President Donald Trump has turned much of the Washington establishment on its head during his first year in the Oval Office, and that certainly won’t be changing for 2018 either.
Trump’s candidacy was originally considered a joke by the mainstream media, as well as by many pundits in the free press, who believed that the shrewd businessman may have been mining for attention, rather than displaying his political aspirations. Then, all hell broke loose in the republican party, and Trump was soon headed to the White House.
How would America react? Certainly, Trump was an unconventional choice for President by qualifications alone. He is the first President of the United States with no military or political services prior to taking office – something that the democrats used incessantly on the campaign trail as a shallow insult. Trump’s only real qualification for the job seemed to be his impeccable business acumen and his through understanding of how to get a deal done…and that is just fine.
In the months that followed Trump’s inauguration, we began to experience an economic boom known as The Trump Effect, in which the entire planet looked to the U.S. with fiscal confidence. Companies who had once shipped jobs overseas were returning to America and investing in our nation’s workforce. Chrysler and Ford cars that were once made in Mexico and abroad were now being assembled in the U.S.A.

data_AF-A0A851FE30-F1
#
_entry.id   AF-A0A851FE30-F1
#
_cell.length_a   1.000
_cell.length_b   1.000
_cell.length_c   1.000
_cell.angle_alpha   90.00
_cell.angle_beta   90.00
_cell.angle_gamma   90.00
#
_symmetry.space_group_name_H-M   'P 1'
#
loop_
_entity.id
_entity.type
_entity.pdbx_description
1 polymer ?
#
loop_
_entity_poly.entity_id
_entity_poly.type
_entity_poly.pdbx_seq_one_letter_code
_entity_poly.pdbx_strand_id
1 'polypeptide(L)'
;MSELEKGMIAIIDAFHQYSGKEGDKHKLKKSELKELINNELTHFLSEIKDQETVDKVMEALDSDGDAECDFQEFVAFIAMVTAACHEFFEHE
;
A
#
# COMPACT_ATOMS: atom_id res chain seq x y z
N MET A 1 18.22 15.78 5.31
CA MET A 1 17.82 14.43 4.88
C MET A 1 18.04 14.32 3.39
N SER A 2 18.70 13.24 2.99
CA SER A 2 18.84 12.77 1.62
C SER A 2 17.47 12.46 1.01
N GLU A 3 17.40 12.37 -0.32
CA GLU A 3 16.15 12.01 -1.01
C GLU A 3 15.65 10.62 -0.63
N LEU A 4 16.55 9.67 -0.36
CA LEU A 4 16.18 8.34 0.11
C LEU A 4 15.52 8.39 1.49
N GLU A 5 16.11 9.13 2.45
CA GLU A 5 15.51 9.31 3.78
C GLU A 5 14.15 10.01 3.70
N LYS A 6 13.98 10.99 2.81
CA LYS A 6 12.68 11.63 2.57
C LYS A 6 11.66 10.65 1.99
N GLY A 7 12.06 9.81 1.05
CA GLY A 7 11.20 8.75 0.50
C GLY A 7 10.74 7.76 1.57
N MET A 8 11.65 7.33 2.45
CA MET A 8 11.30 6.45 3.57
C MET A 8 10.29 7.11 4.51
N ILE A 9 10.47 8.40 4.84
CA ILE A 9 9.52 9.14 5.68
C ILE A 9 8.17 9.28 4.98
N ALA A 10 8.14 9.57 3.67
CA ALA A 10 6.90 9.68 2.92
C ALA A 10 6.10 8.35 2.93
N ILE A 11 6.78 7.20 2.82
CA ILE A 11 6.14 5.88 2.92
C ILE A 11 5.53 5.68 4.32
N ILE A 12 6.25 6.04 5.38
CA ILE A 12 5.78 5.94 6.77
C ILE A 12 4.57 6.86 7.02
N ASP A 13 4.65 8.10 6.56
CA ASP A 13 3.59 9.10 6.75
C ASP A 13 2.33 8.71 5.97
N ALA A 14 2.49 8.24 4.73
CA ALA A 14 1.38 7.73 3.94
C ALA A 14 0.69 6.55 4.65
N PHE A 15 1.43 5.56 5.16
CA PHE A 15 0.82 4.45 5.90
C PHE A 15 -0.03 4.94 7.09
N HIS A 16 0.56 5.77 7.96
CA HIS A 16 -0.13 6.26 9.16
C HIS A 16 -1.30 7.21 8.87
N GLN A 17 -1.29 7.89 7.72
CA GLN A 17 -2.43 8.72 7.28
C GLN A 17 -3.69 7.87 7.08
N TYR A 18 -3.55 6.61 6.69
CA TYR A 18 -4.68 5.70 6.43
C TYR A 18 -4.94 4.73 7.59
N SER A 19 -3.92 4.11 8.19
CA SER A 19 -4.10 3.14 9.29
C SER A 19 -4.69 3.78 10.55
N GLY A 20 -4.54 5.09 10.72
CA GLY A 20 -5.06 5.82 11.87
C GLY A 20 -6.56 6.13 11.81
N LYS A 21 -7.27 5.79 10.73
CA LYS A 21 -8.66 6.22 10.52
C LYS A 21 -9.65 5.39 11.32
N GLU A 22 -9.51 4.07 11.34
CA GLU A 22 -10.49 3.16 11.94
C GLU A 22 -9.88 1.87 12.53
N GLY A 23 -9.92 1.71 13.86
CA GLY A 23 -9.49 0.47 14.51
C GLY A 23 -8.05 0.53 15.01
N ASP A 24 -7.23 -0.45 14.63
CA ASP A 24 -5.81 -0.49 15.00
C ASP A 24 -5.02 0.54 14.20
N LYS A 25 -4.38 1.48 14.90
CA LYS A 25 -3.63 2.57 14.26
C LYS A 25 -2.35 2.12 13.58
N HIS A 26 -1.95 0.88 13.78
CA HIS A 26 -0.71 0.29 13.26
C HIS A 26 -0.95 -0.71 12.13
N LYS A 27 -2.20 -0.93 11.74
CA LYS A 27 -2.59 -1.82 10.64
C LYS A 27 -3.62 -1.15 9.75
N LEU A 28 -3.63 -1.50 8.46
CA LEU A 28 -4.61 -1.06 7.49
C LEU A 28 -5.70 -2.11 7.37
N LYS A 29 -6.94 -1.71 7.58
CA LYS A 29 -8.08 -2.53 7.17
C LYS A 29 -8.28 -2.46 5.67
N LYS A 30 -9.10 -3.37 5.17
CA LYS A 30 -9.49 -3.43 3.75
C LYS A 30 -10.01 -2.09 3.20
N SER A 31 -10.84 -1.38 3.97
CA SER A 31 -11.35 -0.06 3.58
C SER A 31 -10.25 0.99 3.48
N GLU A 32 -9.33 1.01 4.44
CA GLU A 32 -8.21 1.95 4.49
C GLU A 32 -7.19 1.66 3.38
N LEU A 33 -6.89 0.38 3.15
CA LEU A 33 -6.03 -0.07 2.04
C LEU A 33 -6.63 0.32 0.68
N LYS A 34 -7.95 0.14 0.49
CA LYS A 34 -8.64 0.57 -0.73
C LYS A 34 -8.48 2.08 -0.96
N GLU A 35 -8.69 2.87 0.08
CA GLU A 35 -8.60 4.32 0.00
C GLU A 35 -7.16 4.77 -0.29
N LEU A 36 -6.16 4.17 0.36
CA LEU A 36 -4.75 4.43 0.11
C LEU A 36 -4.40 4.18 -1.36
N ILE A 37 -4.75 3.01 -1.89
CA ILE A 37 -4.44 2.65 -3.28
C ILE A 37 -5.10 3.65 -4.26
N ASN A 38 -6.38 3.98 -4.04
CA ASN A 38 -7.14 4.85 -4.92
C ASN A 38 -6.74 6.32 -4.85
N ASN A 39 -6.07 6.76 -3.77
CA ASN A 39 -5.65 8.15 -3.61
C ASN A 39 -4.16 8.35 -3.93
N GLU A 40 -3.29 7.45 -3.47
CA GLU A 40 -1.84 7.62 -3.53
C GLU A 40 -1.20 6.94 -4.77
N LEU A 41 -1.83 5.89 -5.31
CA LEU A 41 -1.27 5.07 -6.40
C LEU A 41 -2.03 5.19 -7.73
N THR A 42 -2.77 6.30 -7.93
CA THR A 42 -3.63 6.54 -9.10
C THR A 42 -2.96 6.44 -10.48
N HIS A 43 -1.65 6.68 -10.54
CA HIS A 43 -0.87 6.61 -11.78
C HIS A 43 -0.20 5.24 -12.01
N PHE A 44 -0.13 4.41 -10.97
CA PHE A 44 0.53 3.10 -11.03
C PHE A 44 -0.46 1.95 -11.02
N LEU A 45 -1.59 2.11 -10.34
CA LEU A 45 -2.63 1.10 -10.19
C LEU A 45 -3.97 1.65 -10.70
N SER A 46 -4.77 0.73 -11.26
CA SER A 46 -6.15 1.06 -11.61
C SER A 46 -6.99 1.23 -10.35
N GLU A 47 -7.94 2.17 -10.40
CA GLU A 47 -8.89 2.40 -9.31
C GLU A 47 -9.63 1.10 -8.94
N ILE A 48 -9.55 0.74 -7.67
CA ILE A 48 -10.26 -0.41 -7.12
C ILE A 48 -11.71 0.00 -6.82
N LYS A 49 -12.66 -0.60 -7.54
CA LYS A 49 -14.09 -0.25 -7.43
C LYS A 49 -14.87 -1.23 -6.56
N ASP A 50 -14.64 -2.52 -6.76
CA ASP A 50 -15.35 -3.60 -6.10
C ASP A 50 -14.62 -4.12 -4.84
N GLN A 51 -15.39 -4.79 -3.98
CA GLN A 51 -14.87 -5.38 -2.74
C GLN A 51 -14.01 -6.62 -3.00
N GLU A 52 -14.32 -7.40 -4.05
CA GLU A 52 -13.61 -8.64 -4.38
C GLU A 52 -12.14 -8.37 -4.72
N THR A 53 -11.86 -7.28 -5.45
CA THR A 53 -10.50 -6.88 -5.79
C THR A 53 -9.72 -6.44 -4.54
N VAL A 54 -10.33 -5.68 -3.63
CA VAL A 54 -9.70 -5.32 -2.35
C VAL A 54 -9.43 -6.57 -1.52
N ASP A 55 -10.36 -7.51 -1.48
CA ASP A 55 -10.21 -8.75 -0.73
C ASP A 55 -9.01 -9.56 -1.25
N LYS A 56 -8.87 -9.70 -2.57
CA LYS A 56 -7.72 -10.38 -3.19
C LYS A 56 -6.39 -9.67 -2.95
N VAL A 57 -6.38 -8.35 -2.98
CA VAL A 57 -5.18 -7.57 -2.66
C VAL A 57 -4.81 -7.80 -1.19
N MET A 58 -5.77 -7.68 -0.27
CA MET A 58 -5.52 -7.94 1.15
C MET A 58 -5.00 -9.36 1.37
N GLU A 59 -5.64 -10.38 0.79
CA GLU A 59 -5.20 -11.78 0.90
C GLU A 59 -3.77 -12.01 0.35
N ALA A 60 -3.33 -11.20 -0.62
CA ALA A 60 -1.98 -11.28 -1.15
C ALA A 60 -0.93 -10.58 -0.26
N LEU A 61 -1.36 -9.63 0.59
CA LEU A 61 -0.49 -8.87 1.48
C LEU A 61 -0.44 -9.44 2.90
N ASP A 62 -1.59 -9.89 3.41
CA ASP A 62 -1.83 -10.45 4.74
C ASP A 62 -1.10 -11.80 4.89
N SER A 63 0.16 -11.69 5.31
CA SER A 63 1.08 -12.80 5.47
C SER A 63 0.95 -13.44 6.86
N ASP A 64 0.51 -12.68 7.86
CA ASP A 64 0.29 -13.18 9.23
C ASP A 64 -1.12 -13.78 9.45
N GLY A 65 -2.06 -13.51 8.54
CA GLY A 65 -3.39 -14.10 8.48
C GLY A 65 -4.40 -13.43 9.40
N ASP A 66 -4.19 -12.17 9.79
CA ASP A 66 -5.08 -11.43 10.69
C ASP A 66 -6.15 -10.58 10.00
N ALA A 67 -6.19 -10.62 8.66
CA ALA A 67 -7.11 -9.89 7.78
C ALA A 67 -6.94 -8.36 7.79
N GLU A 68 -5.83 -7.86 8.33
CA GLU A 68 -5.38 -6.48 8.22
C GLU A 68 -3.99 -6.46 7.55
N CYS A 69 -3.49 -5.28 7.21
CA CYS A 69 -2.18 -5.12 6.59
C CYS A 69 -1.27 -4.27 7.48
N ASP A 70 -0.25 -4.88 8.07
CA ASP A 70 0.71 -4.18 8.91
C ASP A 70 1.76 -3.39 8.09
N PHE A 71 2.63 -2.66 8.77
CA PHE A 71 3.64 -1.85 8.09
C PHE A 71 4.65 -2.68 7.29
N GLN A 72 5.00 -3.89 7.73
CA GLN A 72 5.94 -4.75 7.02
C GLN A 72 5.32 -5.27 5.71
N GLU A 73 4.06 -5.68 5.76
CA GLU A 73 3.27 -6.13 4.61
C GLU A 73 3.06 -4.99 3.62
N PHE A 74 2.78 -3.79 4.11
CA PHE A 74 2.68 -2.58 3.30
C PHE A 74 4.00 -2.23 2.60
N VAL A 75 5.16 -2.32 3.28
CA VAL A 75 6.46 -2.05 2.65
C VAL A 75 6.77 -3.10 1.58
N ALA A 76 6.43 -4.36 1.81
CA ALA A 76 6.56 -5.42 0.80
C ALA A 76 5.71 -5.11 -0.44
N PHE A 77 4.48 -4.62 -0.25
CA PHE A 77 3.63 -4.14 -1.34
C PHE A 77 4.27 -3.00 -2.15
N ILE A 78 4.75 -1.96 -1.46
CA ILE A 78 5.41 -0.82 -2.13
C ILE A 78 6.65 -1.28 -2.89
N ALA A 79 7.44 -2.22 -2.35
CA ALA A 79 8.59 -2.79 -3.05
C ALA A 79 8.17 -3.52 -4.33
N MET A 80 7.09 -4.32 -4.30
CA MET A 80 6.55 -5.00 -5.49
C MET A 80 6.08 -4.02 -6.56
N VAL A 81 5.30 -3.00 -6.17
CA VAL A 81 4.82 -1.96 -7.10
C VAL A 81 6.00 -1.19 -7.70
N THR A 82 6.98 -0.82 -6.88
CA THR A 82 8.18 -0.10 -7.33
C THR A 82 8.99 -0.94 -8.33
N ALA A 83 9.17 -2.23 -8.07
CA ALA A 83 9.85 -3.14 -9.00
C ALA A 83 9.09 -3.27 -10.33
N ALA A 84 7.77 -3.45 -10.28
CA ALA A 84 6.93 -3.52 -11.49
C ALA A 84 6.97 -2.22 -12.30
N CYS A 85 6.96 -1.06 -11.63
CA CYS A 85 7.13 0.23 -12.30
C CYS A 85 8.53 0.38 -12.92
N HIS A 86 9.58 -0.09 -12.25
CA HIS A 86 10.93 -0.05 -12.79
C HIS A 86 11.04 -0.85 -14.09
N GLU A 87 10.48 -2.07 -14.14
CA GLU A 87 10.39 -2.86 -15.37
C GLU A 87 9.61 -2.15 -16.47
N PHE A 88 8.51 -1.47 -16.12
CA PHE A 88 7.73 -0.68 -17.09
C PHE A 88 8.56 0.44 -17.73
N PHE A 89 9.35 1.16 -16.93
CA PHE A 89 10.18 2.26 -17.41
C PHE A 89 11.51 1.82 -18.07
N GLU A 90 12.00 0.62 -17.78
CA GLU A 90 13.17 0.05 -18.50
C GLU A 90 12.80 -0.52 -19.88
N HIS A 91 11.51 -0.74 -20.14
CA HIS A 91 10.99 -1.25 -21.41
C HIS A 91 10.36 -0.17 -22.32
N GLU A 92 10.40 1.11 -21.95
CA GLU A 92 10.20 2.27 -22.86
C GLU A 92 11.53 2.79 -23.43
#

Piece by piece, our nation’s fiscal outlook became a cohesive and enthusiastic one, with confidence in the American consumer soaring. Prosperity begets prosperity, ipso facto, here we are, with jobless claims in America as low as they’ve been since 1973.
“U.S. filings for unemployment benefits plummeted to the lowest level in almost 45 years in a sign the job market will tighten further in 2018, Labor Department figures showed Thursday.
“The drop in claims shows that companies are increasingly holding on to their employees amid a shortage of skilled labor. Businesses are struggling to find workers to fill positions, particularly in manufacturing and construction, as cited in some anecdotes for the Federal Reserve’s Beige Book released Wednesday.“The figures suggest the unemployment rate of 4.1 percent, already the lowest since 2000, could be poised to decline further. The latest week for claims includes the 12th of the month, which is the reference period for the Labor Department’s monthly employment surveys.”